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because it has to be so lonely (to be the only one who's holy)

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Heaven was perfect.

Sam hadn’t taken long to show up, at least not from Dean’s perspective. Time in Heaven was funny like that; it moved at warp speed and like molasses all at once. He supposed that was the definition of eternity.

Everyone Dean had ever lost, every piece of his family that he’d burned and grieved, now lived within arm’s reach – even Cas, who he’d been so certain he would never see again. Nobody needed to sleep in Heaven, but the two of them lay under the sheets in the cool of night, anyway, curled close. Warm together. Safe together.

The days were as long as he wanted them to be. The weather was always perfect. The beer was always cold. He had all the time in the universe – literally – to do whatever the hell he wanted. Everyone had everything.

Almost everything.

Heaven was almost perfect.

But fuck if Dean didn’t miss his kid like hell.



“Where do you think he is?”

Condensation dripped from the bottle in his hand onto the porch of the Roadhouse. Birds chirped their quiet songs in the trees around them. Cas, of course, knew exactly who ‘he’ was.

“I’m…not sure.” Cas tilted his head. The furrow of his brow and the wave of sad longing that washed over his face made Dean wish he hadn’t asked. Cas and Sam undoubtedly missed Jack just as much as he did. “He said he wanted to explore the universe, but the universe is ever-expanding. He could be anywhere.”

That didn’t make Dean feel any better. “Do you think he’d still hear us if we prayed?”

“Of course. He’s God.”

And so, eyes open and head raised with a beer clutched tight in his hand, Dean prayed.

I don’t know where you are, kid, but I hope you’re having fun. Try to drop in and see us every now and then, alright? I love you.

He waited for a moment, a small part of him blindly hoping Jack would appear right away with a lifted hand and an overly formal hello. He didn’t.

Dean took another swig of his beer.



Jack did, eventually, drop in.

Dean couldn’t have said for sure how long it took him – time had become largely irrelevant. It felt like both a lifetime and a nanosecond.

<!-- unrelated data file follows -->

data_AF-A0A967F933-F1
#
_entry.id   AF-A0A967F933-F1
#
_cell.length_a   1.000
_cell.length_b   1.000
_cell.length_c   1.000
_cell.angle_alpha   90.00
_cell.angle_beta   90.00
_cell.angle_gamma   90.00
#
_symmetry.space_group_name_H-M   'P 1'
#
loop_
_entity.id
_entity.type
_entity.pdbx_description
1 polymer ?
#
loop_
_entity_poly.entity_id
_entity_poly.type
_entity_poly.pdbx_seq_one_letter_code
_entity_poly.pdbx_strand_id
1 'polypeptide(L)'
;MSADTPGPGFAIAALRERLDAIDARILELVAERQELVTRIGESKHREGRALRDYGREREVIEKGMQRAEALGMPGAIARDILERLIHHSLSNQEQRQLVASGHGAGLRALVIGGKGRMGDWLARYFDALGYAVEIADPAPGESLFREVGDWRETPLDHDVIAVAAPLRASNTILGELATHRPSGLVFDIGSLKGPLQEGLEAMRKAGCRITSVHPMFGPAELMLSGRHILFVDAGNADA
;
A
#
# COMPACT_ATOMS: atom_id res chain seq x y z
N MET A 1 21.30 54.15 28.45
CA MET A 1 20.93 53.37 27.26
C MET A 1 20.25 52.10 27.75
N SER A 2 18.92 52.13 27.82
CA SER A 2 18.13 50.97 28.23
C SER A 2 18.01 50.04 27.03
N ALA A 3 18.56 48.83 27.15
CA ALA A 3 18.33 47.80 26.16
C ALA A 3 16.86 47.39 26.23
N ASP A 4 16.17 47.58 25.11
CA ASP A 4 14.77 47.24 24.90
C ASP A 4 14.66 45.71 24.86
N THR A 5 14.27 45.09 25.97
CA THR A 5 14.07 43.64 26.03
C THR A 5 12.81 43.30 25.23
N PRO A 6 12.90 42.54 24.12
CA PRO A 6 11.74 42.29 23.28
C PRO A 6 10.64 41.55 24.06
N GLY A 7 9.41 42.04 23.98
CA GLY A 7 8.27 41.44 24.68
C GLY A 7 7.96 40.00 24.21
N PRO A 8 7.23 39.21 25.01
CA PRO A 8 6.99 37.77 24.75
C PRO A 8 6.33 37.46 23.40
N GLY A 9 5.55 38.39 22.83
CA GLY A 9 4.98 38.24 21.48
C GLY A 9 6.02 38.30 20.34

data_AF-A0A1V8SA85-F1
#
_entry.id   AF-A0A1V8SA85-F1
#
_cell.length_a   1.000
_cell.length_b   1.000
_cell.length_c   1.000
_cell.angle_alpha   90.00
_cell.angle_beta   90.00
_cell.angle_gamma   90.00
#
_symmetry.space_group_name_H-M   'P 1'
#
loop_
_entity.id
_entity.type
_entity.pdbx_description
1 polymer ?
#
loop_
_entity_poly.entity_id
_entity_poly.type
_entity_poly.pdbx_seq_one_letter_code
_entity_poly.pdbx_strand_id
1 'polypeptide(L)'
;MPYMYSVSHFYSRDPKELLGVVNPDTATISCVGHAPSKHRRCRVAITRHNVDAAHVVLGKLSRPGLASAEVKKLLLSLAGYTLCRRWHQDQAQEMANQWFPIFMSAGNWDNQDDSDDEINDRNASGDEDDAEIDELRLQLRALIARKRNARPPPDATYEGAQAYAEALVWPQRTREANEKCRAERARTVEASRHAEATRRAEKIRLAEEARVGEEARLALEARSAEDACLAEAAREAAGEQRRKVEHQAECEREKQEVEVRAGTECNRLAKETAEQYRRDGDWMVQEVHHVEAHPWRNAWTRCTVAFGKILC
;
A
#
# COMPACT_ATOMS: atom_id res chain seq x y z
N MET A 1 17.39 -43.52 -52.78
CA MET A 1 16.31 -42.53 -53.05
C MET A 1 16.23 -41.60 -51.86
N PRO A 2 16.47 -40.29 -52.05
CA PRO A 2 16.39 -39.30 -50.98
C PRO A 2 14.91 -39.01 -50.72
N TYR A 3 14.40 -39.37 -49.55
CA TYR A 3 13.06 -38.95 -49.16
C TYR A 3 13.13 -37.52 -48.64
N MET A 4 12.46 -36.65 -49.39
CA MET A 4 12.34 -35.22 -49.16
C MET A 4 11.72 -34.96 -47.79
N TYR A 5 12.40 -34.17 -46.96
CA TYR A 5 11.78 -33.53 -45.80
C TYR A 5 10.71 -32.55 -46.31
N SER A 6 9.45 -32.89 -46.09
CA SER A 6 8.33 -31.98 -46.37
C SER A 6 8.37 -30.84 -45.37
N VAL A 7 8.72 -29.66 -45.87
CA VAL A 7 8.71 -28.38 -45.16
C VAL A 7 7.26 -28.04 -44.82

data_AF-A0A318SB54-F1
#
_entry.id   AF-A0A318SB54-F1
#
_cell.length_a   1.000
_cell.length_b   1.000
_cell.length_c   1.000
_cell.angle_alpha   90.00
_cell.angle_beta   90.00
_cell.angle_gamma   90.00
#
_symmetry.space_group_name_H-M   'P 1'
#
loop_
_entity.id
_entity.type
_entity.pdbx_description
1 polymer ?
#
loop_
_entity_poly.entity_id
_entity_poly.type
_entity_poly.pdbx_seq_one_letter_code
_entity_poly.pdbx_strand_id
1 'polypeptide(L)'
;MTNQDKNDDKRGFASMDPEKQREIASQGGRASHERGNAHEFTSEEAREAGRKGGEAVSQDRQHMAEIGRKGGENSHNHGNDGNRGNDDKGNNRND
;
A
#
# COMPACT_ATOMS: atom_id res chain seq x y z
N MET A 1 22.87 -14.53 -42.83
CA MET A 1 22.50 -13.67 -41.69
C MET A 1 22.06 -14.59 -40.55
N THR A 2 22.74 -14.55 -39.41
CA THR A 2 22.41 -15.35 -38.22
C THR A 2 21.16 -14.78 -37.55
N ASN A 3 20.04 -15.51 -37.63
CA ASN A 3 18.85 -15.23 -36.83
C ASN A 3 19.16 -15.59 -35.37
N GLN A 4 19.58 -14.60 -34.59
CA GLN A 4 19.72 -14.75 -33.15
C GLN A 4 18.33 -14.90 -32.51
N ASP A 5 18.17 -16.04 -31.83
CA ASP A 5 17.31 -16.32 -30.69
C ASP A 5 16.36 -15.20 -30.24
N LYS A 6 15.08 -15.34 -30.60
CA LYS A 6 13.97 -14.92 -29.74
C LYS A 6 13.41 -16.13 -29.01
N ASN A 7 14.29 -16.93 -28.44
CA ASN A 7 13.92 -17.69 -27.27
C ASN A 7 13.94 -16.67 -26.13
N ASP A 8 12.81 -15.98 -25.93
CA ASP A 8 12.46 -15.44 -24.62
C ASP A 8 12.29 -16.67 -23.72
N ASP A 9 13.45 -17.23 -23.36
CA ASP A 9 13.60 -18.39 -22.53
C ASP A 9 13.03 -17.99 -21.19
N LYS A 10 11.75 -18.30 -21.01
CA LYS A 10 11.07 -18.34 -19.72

They were gathered in the kitchen of John and Mary’s homey cabin for a family dinner, something that had become a regular occurrence. Mary and Sam bustled around the counters and stove. Cas, entirely inexperienced in cooking, fumbled to help in whatever small way he could. John and Dean, who had been banned from helping in any capacity, stood aside and watched.

One moment, they were all talking and laughing. The next, Jack stood in the doorway, and silence fell.

Dean’s first thought was that he looked…tired. Could God get tired? Jack raised his hand.


Mary was the first to respond. She said, beaming as she stirred the pasta, “Hey, Jack. You’re just in time. It wouldn’t be a family dinner without the entire family, would it?”

At the sound of her voice, a flash of guilt crossed over Jack’s face so quickly that if Dean hadn’t been staring right at the kid, he would have missed it. “I guess not.”

Cas moved in to hug Jack first with the softest exhale of his name, followed by a teary-eyed and smiling Sam. Dean kept his posture still and calm as he itched for his turn to hold their kid.

When Sam stepped back, Jack turned to him with a smile that looked half-fake. “Hi, Dean. I know you died pretty young. I’m sorry about that.”

Dean snorted. “This coming from the same kid who called me an old man right in front of the necromancer?”

His quip had the intended effect: Jack’s smile became a little more real, the corners of his mouth twitching upward. “That was for the case.”

“Sure it was.”

Dean hugged his kid tight, soaking in his warmth. He felt Jack exhale shakily against him, and only let go when John stepped forward to introduce himself.

They had a lot of catching up to do – and, luckily, they had an eternity to do it.



“I’d like to see the bunker again,” Jack said suddenly, once dinner was finished and the dishes had been washed.

Dean leaned back in his seat and shared a fond glance with Sam and Cas. “Sure thing, kid. Want to take the Impala?”

Jack’s face lit up. “That sounds great.”

Even God, Dean supposed, needed to fall back on familiar comforts sometimes.



The bunker was exactly like Dean remembered it – but of course it was. This was Heaven. Why wouldn’t it be?

Team Free Will two-point-oh once again gathered around the kitchen table for a beer. When their bottles clinked together in a toast, it felt, to Dean, like coming home.

“So,” Jack said after his first sip, “what have you guys been up to? Now that you can do – you know – anything?”

Dean snorted. “Aren’t you supposed to be all-knowing? Besides, I think we’d rather hear about your space adventures. Is it anything like Star Wars out there?”

“Yes.” Jack tilted his head. “And…also no. It’s complicated.”

“Wait, seriously?” Sam asked, eyes wide. “Are there, like, other inhabited planets?”

“That’s classified.”

The grin Jack said this with was one Dean could only describe as shit-eating. He laughed as he clapped God himself on the back. Cas took another sip to hide his own smile, and Sam rolled his eyes fondly.

This, Dean couldn’t help but think, was exactly what they always should have been.